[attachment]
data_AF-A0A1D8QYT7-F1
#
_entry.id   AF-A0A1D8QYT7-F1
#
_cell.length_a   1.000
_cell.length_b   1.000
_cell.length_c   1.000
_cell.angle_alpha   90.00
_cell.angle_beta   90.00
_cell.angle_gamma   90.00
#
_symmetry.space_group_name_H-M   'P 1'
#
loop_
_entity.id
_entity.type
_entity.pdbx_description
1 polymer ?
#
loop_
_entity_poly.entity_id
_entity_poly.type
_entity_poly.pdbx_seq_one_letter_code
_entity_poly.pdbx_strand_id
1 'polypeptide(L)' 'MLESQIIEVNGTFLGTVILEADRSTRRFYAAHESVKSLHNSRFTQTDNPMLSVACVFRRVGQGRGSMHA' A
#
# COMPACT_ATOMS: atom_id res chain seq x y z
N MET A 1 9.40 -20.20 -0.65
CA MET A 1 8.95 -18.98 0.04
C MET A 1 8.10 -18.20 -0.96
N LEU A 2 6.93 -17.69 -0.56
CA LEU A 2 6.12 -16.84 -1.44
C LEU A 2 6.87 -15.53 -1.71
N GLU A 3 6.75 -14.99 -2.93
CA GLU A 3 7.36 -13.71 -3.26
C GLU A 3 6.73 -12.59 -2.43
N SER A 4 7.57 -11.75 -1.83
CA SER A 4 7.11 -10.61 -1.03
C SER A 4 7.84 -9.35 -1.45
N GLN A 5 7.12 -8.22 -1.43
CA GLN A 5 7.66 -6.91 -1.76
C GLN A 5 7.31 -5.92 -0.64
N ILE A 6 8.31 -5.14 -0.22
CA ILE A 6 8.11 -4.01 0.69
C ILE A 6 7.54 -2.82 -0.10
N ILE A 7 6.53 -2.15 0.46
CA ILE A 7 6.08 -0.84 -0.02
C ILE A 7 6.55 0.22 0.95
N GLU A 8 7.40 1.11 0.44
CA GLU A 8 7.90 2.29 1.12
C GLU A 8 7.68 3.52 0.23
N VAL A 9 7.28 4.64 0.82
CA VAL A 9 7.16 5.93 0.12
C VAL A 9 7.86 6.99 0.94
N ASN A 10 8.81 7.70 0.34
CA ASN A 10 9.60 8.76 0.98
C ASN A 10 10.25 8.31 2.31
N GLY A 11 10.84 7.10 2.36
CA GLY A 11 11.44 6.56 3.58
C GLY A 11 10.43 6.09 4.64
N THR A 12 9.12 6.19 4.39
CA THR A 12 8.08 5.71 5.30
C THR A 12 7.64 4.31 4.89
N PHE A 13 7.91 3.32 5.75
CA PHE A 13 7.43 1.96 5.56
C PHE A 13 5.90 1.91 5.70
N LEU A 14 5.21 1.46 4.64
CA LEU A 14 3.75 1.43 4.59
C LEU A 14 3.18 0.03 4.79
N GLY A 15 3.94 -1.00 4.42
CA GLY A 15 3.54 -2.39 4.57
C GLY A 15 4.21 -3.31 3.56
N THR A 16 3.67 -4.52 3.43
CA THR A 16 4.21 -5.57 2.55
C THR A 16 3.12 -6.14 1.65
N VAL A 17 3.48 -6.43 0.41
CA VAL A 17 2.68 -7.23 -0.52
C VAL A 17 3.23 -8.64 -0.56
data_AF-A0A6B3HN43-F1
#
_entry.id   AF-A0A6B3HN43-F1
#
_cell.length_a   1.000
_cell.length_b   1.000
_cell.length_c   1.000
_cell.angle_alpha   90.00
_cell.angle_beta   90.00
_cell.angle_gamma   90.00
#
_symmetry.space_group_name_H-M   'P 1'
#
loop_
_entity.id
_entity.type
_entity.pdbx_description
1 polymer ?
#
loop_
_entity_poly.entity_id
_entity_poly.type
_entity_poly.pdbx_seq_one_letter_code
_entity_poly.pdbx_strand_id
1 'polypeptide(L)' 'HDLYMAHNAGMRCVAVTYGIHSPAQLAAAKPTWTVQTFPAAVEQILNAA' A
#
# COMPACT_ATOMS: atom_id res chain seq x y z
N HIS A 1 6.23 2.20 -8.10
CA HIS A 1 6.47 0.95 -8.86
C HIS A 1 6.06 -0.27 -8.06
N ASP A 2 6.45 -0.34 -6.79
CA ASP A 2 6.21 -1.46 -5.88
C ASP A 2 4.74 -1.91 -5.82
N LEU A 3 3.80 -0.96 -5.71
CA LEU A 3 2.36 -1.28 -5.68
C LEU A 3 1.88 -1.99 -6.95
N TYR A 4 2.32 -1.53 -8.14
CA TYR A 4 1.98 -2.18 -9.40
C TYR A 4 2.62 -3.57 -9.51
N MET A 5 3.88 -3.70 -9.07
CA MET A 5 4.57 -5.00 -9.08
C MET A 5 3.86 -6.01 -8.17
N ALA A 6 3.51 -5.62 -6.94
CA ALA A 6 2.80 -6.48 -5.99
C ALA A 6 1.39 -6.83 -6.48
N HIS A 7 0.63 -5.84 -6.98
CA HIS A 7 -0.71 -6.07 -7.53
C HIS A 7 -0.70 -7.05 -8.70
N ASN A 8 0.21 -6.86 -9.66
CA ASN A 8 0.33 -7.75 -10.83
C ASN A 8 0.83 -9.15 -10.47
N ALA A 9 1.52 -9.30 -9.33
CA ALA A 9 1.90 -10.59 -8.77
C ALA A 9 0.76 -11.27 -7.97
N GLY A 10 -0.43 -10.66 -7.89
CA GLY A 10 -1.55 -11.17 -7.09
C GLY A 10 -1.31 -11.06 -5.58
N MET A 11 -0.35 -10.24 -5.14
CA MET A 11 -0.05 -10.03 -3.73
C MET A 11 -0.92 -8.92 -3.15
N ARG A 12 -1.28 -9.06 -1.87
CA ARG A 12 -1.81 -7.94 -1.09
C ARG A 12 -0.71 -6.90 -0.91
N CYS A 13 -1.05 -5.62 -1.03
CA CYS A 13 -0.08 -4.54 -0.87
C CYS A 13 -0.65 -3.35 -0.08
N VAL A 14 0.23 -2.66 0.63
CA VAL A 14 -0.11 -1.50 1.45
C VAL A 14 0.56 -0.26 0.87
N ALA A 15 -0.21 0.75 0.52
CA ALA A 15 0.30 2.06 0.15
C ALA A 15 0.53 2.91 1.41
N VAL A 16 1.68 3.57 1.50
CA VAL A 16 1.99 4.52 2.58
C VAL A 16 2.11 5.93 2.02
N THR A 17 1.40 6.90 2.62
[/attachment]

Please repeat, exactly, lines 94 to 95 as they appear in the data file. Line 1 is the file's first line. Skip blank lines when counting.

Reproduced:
_entity.type
_entity.pdbx_description